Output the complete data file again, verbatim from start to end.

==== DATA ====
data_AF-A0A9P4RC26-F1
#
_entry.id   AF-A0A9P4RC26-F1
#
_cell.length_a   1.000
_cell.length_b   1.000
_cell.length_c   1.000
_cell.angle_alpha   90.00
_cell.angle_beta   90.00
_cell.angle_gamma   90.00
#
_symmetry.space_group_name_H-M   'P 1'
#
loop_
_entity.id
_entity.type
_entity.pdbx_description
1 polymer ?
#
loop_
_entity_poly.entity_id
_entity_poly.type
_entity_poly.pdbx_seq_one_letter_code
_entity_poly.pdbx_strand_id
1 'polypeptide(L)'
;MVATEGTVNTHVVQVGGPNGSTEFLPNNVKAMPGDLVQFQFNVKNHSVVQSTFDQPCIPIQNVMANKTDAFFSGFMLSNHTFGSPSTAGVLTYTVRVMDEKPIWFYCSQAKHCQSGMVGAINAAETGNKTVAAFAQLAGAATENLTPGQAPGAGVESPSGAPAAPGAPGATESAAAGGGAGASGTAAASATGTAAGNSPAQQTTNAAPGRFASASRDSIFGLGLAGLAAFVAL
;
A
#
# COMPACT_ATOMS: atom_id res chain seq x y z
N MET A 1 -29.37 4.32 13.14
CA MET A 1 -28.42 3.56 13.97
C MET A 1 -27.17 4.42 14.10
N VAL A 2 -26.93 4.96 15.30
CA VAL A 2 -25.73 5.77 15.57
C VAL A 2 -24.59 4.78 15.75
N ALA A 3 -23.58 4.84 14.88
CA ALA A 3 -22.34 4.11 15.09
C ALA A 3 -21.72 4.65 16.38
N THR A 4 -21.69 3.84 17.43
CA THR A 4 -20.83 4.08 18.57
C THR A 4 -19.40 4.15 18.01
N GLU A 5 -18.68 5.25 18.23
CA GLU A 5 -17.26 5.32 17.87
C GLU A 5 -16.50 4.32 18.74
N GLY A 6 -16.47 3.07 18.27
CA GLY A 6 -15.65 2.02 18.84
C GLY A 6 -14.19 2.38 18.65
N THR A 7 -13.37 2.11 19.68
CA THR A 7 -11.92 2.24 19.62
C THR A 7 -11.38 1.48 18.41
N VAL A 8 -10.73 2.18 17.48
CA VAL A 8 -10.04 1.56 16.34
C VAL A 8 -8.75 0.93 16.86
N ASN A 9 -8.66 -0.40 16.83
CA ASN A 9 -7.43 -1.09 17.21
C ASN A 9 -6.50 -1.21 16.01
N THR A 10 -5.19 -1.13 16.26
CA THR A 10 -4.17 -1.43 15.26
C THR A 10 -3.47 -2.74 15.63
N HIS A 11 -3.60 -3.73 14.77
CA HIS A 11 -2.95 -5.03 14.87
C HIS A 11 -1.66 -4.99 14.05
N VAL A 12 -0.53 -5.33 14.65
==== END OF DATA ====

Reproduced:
data_AF-A0A9P4RC26-F1
#
_entry.id   AF-A0A9P4RC26-F1
#
_cell.length_a   1.000
_cell.length_b   1.000
_cell.length_c   1.000
_cell.angle_alpha   90.00
_cell.angle_beta   90.00
_cell.angle_gamma   90.00
#
_symmetry.space_group_name_H-M   'P 1'
#
loop_
_entity.id
_entity.type
_entity.pdbx_description
1 polymer ?
#
loop_
_entity_poly.entity_id
_entity_poly.type
_entity_poly.pdbx_seq_one_letter_code
_entity_poly.pdbx_strand_id
1 'polypeptide(L)'
;MVATEGTVNTHVVQVGGPNGSTEFLPNNVKAMPGDLVQFQFNVKNHSVVQSTFDQPCIPIQNVMANKTDAFFSGFMLSNHTFGSPSTAGVLTYTVRVMDEKPIWFYCSQAKHCQSGMVGAINAAETGNKTVAAFAQLAGAATENLTPGQAPGAGVESPSGAPAAPGAPGATESAAAGGGAGASGTAAASATGTAAGNSPAQQTTNAAPGRFASASRDSIFGLGLAGLAAFVAL
;
A
#
# COMPACT_ATOMS: atom_id res chain seq x y z
N MET A 1 -29.37 4.32 13.14
CA MET A 1 -28.42 3.56 13.97
C MET A 1 -27.17 4.42 14.10
N VAL A 2 -26.93 4.96 15.30
CA VAL A 2 -25.73 5.77 15.57
C VAL A 2 -24.59 4.78 15.75
N ALA A 3 -23.58 4.84 14.88
CA ALA A 3 -22.34 4.11 15.09
C ALA A 3 -21.72 4.65 16.38
N THR A 4 -21.69 3.84 17.43
CA THR A 4 -20.83 4.08 18.57
C THR A 4 -19.40 4.15 18.01
N GLU A 5 -18.68 5.25 18.23
CA GLU A 5 -17.26 5.32 17.87
C GLU A 5 -16.50 4.32 18.74
N GLY A 6 -16.47 3.07 18.27
CA GLY A 6 -15.65 2.02 18.84
C GLY A 6 -14.19 2.38 18.65
N THR A 7 -13.37 2.11 19.68
CA THR A 7 -11.92 2.24 19.62
C THR A 7 -11.38 1.48 18.41
N VAL A 8 -10.73 2.18 17.48
CA VAL A 8 -10.04 1.56 16.34
C VAL A 8 -8.75 0.93 16.86
N ASN A 9 -8.66 -0.40 16.83
CA ASN A 9 -7.43 -1.09 17.21
C ASN A 9 -6.50 -1.21 16.01
N THR A 10 -5.19 -1.13 16.26
CA THR A 10 -4.17 -1.43 15.26
C THR A 10 -3.47 -2.74 15.63
N HIS A 11 -3.60 -3.73 14.77
CA HIS A 11 -2.95 -5.03 14.87
C HIS A 11 -1.66 -4.99 14.05
N VAL A 12 -0.53 -5.33 14.65